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Gaylord workers decry NH-1 reroute

About 30 workers from the Gaylord Resort at National Harbor attended last night's Metro Riders' Advisory Council meeting last night to talk about the huge burdens from Metro's rerouting the NH1 bus to National Harbor.

Photo by thisisbossi.

In August, Metro changed the route to travel from Branch Avenue Metro along I-495 to the resort instead of its previous route from Southern Avenue. The Southern Avenue route served many neighborhoods in Prince George's County and southeast DC, which include many of the workers at Gaylord, while the new route forces them to take multiple buses and rail trips, taking far more time and at much higher cost.

According to John Boardman, the Executive Secretary-Treasurer of UNITE HERE Local 25, which represents hotel and restaurant workers at Gaylord, the average commute time to work has risen from 55 minutes to 94 minutes, and employees now have to pay an average of $8.30 round-trip instead of $5.12 previously. That's because, for residents of neighborhoods like those around Indian Head Highway, they must take other buses to Southern Avenue (where many bus lines meet), then ride the Green Line to Branch Avenue to get to Gaylord, explained Local 25's Linda Martin.

Or they walk, as employee Louis Marshall does. Instead of boarding the bus on Audrey Lane in Oxon Hill, as he could before, he now has to walk an hour and 45 minutes along Indian Head Highway. If the weather doesn't permit that, he has an equally long transit trip, taking the D14 to Southern Avenue, then the Green Line to Branch Avenue, and finally the NH1 to work. Francis Silo of Silver Spring has to spend about $200 a month for his combination bus and rail trip instead of $30 a month before. Stephanie Winfield often can't afford the train, and must then take the W4 to the 34 to the C12 to the NH1. Not surprisingly, Gaylord offers no transit benefit to the workers.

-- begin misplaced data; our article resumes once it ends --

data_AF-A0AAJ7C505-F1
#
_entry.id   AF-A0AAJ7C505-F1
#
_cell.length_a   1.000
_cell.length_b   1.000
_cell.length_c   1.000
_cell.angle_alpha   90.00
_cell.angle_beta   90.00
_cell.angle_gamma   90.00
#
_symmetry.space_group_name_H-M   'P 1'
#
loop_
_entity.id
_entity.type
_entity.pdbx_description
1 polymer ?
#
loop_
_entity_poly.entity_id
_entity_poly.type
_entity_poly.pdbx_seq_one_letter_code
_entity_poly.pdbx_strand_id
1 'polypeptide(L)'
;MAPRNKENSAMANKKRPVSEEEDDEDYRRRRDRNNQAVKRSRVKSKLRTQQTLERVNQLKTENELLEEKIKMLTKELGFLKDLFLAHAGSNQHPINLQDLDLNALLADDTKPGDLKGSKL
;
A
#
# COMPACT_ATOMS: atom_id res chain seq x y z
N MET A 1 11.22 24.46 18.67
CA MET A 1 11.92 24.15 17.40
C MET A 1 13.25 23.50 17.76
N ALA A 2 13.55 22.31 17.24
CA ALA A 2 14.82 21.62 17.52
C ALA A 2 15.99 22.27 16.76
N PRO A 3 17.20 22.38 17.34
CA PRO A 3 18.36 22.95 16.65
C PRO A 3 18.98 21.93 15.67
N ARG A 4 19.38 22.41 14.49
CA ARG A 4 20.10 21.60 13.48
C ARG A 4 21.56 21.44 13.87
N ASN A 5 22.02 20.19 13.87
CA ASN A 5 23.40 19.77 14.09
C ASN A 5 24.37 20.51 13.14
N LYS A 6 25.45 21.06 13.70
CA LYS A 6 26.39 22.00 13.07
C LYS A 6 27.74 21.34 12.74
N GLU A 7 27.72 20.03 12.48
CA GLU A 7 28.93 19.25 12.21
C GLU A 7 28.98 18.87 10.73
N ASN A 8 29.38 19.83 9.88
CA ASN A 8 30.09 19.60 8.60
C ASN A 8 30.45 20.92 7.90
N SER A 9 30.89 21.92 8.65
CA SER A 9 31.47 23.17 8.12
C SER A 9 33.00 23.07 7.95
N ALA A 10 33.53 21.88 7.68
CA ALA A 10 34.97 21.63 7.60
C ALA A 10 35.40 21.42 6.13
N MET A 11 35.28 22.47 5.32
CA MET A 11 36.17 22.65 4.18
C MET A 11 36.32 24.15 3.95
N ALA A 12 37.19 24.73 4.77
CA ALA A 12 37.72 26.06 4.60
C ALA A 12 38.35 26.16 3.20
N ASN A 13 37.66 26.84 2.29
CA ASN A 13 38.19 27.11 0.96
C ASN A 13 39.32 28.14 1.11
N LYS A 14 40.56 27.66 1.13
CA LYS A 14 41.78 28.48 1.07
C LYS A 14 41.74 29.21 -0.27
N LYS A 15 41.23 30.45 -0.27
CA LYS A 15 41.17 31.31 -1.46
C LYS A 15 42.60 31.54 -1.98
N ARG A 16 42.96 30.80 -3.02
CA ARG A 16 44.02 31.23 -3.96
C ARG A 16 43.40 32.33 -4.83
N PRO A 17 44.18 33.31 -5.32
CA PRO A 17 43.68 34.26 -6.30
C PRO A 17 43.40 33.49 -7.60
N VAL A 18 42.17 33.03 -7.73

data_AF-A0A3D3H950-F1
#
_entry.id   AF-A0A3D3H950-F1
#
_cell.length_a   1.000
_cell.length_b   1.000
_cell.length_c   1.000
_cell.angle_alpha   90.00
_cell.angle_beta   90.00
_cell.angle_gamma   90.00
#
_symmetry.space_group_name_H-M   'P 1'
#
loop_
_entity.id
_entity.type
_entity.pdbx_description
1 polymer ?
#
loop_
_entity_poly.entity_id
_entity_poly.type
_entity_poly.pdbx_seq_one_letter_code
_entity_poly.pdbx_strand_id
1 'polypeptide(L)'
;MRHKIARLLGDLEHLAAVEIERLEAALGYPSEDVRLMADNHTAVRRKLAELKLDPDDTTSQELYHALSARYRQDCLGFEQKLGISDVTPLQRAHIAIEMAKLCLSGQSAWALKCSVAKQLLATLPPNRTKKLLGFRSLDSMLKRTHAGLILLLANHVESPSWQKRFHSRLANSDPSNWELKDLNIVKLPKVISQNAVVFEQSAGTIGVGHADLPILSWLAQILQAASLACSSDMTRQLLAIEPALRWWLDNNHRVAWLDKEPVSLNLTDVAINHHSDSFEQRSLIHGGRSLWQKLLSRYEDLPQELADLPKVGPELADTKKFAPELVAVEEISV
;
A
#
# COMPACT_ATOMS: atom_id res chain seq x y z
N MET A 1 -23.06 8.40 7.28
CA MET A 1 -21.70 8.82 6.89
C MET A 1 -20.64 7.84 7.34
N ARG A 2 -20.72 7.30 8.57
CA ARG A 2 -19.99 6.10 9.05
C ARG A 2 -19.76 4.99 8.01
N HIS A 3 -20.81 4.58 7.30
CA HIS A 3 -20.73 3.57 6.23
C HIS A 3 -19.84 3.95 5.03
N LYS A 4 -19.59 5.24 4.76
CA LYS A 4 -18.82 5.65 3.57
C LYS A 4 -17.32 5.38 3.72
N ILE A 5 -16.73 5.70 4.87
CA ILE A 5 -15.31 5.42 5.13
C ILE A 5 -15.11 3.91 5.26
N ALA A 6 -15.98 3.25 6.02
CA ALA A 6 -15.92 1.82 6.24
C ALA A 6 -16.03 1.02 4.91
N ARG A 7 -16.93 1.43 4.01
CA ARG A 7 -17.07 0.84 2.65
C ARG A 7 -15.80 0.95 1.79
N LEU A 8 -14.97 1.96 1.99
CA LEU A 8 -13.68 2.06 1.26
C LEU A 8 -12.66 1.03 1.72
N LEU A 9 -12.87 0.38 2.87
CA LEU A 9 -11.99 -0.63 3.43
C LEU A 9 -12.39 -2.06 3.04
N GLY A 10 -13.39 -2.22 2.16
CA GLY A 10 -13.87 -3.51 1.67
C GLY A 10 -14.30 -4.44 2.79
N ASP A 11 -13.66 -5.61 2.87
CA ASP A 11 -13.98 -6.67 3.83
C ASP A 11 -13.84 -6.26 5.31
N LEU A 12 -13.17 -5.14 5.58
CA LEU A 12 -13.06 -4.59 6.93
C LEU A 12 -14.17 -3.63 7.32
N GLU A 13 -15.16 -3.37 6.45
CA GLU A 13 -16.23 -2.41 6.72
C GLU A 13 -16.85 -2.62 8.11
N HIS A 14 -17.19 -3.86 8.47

Furthermore, the bus no longer runs early enough on weekends for many employees to get to work in time. Before the change, the first Saturday bus arrived at National Harbor at 6:21 am. Now, it's 8:15 am, and many shifts begin at 8. On Sundays, 8:43 is the first arrival compared to 6:46 before the change.

Why the change? According to union organizer Jen Shykula, the hotel asked for the change. They've only given two reasons: it's more convenient, and safer. Neither seems true, at least from the workers' point of view. Skipping neighborhoods along the route isn't more convenient, and more bus lines serve Southern Avenue. In addition, Shykula explained, the Branch Avenue station is much more desolate, as it's a large park-and-ride instead of being surrounded by neighborhoods as at Southern Avenue.

Some people might feel safer at Branch Avenue than Southern Avenue—tourists. And while there's no evidence of this, it certainly appears that Gaylord wanted to change the bus to accommodate its visitors, many of whom arrive at a convention billed as "in Washington DC" only to find it 12 miles from downtown without convenient transit. At the Hyattsville hearing on this year's bus cuts, one speaker alleged that Gaylord's motivation was essentially to let its visitors avoid riding the bus with black people, or as that speaker put it, "to ride the Metrobus with people who had 'superior etiquette skills.'"